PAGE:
What is the Theory Of Spontaneous Generation?
After van Leeuwenhoek discovered microorganisms, the scientific community became interested in the origins of these tiny living things.
spontaneous generation, the hypothetical process by which living organisms evolve from nonliving matter; also the archaic theory that used this process to explain the origin of life.
Many believed in spontaneous procreation because it explained such occurrences as the appearance of maggots on rotting meat.
According to that theory, pieces of cheese and bread wrapped in rags and left in a dark corner, for example, were thus thought to produce mice, because after several weeks there were mice in the rags.
In the 18th century, it had become clear that higher organisms could not be created from inanimate material. However, the origin of microorganisms such as bacteria was not fully understood until Louis Pasteur proved in the 19th century that microorganisms multiply.
Early Discussion on Spontaneous Generation
The Greek philosopher Aristotle (384–322 BC) was one of the earliest recorded scholars to articulate the theory of spontaneous generation. He suggested that life emerges from inanimate material when the material contains pneuma (“vital heat”).
As evidence, he cited several cases of animal appearances from environments where such animals had not previously existed, such as the seemingly sudden appearance of fish in a new puddle of water.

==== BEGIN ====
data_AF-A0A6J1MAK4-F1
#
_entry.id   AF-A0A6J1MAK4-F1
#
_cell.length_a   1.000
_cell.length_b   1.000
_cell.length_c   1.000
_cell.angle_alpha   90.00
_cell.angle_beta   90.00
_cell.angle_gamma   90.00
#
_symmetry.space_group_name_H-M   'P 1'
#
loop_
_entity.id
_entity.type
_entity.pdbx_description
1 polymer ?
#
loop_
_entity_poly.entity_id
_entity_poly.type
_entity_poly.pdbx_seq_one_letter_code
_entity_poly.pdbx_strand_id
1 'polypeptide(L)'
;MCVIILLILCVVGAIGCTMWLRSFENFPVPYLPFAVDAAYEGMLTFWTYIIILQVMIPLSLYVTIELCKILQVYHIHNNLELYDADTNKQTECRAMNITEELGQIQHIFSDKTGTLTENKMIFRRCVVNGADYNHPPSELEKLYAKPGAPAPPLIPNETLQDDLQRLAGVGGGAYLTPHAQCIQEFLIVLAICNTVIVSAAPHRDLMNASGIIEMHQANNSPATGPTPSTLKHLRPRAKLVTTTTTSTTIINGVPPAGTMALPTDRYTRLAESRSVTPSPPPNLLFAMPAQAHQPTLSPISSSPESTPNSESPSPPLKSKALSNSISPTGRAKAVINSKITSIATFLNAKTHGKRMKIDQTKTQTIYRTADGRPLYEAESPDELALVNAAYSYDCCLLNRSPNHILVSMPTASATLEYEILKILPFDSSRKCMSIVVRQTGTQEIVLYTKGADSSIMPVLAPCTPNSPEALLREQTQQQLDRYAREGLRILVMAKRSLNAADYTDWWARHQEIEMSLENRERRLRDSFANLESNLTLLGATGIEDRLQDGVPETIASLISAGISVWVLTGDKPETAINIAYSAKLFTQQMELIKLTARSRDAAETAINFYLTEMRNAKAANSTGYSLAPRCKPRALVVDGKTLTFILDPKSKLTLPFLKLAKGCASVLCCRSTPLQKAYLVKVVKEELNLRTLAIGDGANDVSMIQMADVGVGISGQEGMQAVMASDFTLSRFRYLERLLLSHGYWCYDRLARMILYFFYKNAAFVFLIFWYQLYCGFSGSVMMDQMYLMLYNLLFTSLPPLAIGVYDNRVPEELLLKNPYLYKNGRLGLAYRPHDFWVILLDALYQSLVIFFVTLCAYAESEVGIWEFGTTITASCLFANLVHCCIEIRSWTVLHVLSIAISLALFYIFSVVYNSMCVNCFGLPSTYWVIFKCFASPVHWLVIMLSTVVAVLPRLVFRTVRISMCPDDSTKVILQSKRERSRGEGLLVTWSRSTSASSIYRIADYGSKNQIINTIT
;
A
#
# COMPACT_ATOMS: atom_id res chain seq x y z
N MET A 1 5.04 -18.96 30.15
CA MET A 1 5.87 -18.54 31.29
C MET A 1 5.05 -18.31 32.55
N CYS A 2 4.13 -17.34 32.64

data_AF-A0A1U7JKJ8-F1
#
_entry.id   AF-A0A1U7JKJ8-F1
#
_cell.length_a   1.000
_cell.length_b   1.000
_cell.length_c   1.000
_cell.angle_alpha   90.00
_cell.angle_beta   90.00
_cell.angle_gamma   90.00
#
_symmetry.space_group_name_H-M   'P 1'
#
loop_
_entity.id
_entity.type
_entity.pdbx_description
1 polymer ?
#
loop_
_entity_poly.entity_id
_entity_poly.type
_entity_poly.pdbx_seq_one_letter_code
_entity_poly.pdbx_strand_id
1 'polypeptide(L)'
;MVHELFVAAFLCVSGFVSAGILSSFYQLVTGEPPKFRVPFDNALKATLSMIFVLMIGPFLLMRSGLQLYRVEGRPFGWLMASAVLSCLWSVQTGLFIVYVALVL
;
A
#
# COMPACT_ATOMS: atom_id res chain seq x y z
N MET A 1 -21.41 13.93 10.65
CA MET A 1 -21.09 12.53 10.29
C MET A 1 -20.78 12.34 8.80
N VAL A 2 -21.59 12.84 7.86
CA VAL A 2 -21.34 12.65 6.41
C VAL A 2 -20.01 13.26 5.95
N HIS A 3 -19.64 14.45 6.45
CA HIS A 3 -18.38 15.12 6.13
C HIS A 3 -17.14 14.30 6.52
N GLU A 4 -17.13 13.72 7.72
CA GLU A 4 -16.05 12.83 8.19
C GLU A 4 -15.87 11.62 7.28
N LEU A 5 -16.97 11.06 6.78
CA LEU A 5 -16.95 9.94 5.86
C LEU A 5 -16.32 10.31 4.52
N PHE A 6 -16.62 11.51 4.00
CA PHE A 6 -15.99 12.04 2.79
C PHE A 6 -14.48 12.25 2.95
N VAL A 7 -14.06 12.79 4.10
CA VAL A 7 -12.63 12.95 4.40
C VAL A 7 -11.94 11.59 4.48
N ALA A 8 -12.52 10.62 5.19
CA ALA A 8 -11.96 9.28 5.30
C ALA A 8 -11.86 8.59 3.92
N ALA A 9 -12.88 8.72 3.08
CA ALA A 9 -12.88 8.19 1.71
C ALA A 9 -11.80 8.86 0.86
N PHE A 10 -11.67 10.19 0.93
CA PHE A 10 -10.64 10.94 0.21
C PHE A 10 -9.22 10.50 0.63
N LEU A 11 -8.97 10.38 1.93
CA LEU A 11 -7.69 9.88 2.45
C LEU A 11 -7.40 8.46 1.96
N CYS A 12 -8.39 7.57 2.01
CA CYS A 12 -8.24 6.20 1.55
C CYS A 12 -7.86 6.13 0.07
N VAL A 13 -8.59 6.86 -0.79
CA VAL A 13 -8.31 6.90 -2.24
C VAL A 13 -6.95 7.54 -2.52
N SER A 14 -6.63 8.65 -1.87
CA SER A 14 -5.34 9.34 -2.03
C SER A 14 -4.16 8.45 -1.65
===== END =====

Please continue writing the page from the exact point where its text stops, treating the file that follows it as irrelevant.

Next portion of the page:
This theory persisted until the 17th century when scientists undertook additional experiments to support or refute it. At the time, proponents of the theory cited that frogs simply appeared on the muddy banks of the Nile in Egypt during the annual floods.
Others observed that mice simply emerged among grain stored in thatched barns. When the roof leaked and the grain formed, mice appeared.
Jan Baptista van Helmont, a 17th-century Flemish scientist, proposed that mice could arise from rags and wheat kernels left in an open container for 3 weeks. In reality, such habitats provided ideal sources of food and shelter for mouse populations to thrive.
Slow Death of Spontaneous Generation
From the earliest times, people believed in spontaneous procreation, that living organisms could develop from inanimate matter. This view was eventually challenged by the Italian physician Francesco Redi (1626-1697), who carried out a series of experiments on rotting meat.
Francesco Redi’s Experiment: Challenged the spontaneous generation theory over the First time
Italian physician Francesco Redi set out in 1668 to show that maggots did not arise spontaneously. Redi filled two glasses with rotting meat.
The first was left unsealed so that flies could lay eggs on the meat, which then developed into larvae. The second jar was locked and since the flies could not get in there were no maggots.
Yet Redi’s antagonists were not convinced; They claimed that fresh air is needed for spontaneous conception. So Redi set up a second experiment, Redi left the meat in each of the six containers, two were open to the air, two were covered with gauze, and two were tightly closed.
His hypothesis was supported when maggots developed in the uncovered jars, but maggots did not appear in either the gauze-covered jars or the tightly closed jars.
He concluded that maggots can only form if flies are allowed to lay eggs in the meat and that the maggots are the offspring of flies and not the product of spontaneous procreation. Redi’s results were a severe blow to the long-held belief that large forms of life could arise from non-life.